A lively, fascinating, eye-opening look at women and aging in America, by the beloved New York Times columnist.
"You're not getting older, you're getting better," or so promised the famous 1970's ad - for women's hair dye. Americans have always had a complicated relationship with aging: embrace it, deny it, defer it - and women have been on the front lines of the battle, willingly or not.
In her lively social history of American women and aging, acclaimed New York Times columnist Gail Collins illustrates the ways in which age is an arbitrary concept that has swung back and forth over the centuries. From Plymouth Rock (when a woman was considered marriageable if "civil and under fifty years of age"), to a few generations later, when they were quietly retired to elderdom once they had passed the optimum age for reproduction, to recent decades when freedom from striving in the workplace and caretaking at home is often celebrated, to the first female nominee for president, American attitudes towards age have been a moving target. Gail Collins gives women reason to expect the best of their golden years.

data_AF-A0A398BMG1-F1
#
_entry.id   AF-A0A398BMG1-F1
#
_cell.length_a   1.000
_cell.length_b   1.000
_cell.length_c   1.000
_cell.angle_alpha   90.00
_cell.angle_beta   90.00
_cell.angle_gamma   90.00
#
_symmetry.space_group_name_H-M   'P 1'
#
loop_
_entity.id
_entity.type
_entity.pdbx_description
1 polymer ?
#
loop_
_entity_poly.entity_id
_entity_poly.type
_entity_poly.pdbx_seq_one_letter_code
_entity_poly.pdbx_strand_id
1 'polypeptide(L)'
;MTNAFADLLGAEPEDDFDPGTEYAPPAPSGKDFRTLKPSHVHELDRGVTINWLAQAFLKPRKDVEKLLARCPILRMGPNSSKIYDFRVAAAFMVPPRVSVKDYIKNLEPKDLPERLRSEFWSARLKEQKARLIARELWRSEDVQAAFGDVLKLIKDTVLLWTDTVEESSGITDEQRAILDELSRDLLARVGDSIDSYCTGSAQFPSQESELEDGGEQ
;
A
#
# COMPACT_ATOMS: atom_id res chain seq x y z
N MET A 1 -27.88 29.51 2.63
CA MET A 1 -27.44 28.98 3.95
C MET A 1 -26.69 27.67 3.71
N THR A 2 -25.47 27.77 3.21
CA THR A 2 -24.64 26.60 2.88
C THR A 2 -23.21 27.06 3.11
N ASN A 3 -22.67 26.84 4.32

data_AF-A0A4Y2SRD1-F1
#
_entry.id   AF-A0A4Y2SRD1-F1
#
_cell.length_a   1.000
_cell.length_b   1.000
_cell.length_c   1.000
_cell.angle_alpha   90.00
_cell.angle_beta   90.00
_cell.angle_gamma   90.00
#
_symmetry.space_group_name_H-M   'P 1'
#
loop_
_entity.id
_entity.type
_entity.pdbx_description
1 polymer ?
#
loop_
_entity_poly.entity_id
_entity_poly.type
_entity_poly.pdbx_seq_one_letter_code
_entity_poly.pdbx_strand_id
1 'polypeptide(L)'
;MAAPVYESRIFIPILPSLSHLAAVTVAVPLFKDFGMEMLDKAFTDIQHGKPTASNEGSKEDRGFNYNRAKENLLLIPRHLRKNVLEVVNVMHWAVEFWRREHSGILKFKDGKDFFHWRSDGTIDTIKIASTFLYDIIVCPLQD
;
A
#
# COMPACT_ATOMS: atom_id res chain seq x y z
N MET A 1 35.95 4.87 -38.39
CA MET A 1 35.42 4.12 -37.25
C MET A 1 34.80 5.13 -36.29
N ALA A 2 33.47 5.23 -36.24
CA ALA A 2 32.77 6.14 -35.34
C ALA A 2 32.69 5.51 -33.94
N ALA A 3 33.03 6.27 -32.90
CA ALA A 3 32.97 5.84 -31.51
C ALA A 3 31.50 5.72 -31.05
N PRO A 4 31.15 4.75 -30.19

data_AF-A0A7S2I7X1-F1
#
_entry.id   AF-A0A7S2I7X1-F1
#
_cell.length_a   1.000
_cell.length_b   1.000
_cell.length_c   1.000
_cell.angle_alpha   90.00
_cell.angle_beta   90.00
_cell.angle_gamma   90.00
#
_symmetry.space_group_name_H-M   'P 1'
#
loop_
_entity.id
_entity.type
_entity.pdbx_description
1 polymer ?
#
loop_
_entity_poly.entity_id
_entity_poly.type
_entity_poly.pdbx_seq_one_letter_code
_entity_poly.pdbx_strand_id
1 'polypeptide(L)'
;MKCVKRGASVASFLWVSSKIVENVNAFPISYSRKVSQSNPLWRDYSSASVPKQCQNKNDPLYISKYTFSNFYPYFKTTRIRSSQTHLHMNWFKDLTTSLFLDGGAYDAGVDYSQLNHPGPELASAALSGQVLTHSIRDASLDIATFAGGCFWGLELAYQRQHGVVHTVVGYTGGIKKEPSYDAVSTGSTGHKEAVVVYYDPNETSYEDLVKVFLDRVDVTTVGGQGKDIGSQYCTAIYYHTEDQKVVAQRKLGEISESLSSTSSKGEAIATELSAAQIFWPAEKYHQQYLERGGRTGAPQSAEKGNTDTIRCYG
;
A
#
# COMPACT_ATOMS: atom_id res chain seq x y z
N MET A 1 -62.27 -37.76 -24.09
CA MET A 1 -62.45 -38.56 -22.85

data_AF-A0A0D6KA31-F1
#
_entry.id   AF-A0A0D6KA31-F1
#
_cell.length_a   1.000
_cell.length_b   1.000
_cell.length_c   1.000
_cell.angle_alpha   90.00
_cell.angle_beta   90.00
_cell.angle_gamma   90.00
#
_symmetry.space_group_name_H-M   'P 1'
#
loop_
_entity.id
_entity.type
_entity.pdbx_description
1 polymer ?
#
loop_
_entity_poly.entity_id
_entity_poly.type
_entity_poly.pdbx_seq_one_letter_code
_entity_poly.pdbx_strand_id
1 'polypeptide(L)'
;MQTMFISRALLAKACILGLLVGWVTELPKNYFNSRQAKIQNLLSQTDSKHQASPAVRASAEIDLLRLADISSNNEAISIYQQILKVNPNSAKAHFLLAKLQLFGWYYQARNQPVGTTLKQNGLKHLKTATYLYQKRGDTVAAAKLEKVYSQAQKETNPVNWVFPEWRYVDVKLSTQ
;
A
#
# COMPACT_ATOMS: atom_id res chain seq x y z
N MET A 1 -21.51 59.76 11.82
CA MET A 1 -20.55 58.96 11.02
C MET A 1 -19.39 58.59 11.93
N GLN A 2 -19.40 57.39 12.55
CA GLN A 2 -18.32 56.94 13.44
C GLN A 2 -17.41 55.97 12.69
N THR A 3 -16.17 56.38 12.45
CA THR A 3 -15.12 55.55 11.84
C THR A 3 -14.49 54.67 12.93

PLEASE NOTE: When you purchase this title, the accompanying PDF will be available in your Audible Library along with the audio.
"Gail Collins is such a delicious writer, it's easy to forget the scope of her scholarship in this remarkable look at women's progress." (People)
"A lively and well-researched compendium... This enjoyable and informative historical survey will delight Collins's fans and bring in some new ones." (Publishers Weekly)
"Gail Collins has an unflaggingly intelligent conversational style that gives this book a personal and authoritative tone all at once." (Cathleen Schine, The New York Review of Books)